A look at FireEye's Mandiant buy: Game changer or not?

FireEye needs to quickly meld malware mitigation with threat detection and forensic technology then gain customer acceptance

FireEye's acquisition of Mandiant is getting generally positive reviews from industry analysts, though some caution that FireEye faces a big challenge in its goals related to blending the two security firms' products.

In announcing the $1 billion cash-stock deal last week to acquire Mandiant, FireEye indicated its intent to further integrate its virtual machine execution engine used to dynamically detect zero-day malware threats with Mandiant’s endpoint software for threat detection, response and forensics. FireEye had already done some work in this direction with Mandiant as a partner, just as it also has Bit9, Blue Coat’s Solera and Guidance Software as partners.

But now that FireEye has bought Mandiant outright, FireEye now becomes a “much more formidable company” because it gains an endpoint platform, plus additional security intelligence to augment FireEye’s own, says Jon Oltsik, senior principal analyst at Enterprise Strategy Group. Oltsik goes so far as to call the FireEye/Mandiant merger is a “game-changer.”

+ More on Network World:  FireEye snaps up cyber forensics firm Mandiant in 1 billion cash-stock deal | When Boomers say bye-bye +

But other industry observers, including Gartner research director in network security products, Lawrence Orans, and Richard Stiennon, senior research analyst at IT-Harvest, are somewhat less sanguine about it all.

There’s no denying there’s plenty of “synergy” between FireEye and Mandiant, says Orans. He notes there’s virtually no product overlap between FireEye’s sandboxing technology for payload detection, which an estimated 30% of FireEye customer deploy in-line for blocking purposes, and Mandiant’s endpoint incident response and forensics capabilities. But he points out that FireEye still faces the huge challenge of trying to get customers to adopt yet another endpoint agent, something that network security vendors have often found to be a very difficult thing to accomplish.

Stiennon says “the trouble with blending the products is that it may limit options for customers. Today customers can purchase Guidance Software or Bit9 (or Mandiant) endpoint products to help track down indicators of compromise. It is hard to give preferential treatment to your own solution while still maintaining partner relationships.”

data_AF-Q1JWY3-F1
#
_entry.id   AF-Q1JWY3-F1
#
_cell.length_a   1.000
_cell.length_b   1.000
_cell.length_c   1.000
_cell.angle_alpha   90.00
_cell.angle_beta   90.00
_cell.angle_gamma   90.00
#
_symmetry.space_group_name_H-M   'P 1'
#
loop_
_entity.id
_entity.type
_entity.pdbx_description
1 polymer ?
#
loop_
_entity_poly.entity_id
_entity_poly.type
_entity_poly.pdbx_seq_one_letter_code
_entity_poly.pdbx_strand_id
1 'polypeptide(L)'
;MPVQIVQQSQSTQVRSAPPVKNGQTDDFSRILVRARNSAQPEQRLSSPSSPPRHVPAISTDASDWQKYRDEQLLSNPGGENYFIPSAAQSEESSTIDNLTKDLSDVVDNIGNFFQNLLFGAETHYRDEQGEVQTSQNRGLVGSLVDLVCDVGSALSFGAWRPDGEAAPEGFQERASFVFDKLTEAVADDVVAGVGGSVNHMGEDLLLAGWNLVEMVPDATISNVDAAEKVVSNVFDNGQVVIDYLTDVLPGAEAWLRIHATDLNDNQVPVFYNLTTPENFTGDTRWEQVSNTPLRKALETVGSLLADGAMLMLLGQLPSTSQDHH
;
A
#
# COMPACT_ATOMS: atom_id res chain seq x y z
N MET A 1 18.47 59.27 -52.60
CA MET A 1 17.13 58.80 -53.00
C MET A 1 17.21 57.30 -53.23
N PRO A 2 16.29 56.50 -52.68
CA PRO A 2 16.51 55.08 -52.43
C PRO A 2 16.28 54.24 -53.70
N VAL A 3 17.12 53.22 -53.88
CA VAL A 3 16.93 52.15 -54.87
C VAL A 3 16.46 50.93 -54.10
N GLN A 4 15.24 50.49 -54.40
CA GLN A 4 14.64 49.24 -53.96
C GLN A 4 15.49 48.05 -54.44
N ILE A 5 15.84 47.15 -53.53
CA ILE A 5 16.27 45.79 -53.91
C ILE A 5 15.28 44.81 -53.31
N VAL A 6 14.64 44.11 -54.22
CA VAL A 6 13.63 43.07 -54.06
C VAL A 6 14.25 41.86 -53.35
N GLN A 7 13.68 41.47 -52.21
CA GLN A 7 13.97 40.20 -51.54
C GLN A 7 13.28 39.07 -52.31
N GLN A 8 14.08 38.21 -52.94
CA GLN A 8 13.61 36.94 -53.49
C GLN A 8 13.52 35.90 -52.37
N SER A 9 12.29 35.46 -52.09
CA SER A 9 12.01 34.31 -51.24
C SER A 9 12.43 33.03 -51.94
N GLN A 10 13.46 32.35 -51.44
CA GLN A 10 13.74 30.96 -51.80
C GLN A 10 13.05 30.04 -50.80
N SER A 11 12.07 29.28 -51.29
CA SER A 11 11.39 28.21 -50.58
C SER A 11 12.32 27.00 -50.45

Mandiant, which disclosed it earns about half of its annual income through services, is often called in after a data breach by attackers has occurred, and its expertise lies in determining the extent of the impact and tracking down the attackers. Mandiant has many competitors in terms of regional service firms that can respond to breaches, Stiennon says. Mandiant’s merger into FireEye could mean increased competition to hire the skilled analysts needed to do this kind of work.

Stiennon regards the $1 billion valuation assigned to Mandiant in the stock-cash deal with FireEye as excessive. He suggests Wall Street may be losing perspective on just how small FireEye, which had a successful IPO last September, is in relation to other players in the network security industry.

“At $155 million in projected 2013 revenue, FireEye is just a little bigger than Imperva and smaller than Barracuda,” Stiennon notes. “Yet Wall Street values FireEye more than Fortinet, Palo Alto Networks or Trend Micro. Post deal announcement, FireEye is valued at half of Check Point Software, which has almost 10 times the revenue.”

Stiennon says “FireEye’s strategy is clear. Use over-valued stock to acquire companies with revenue to feed Wall Street’s expectations of rapid growth. Organic growth for such a small company is going to be difficult, especially when its well-entrenched competitors are introducing directly competing capabilities in their widely deployed platforms.”

Stiennon says Fortinet and Palo Alto have already introduced advanced malware defenses as virtualized “sandboxes” that “detonate” incoming executables to detect malware without signatures with their firewall appliances. Trend Micro’s Deep Discovery is another standalone sandboxing environment, he notes. There are others as well.

The FireEye/Mandiant combination bears some comparison to Cisco’s acquisition of Sourcefire, with its intrusion-prevention and FireAMP advanced malware detection system, says Orans. He notes FireEye is also in beta with an IPS, with general availability later this year.

Ellen Messmer is senior editor at Network World, an IDG website, where she covers news and technology trends related to information security. Twitter: MessmerE. E-mail: emessmer@nww.com

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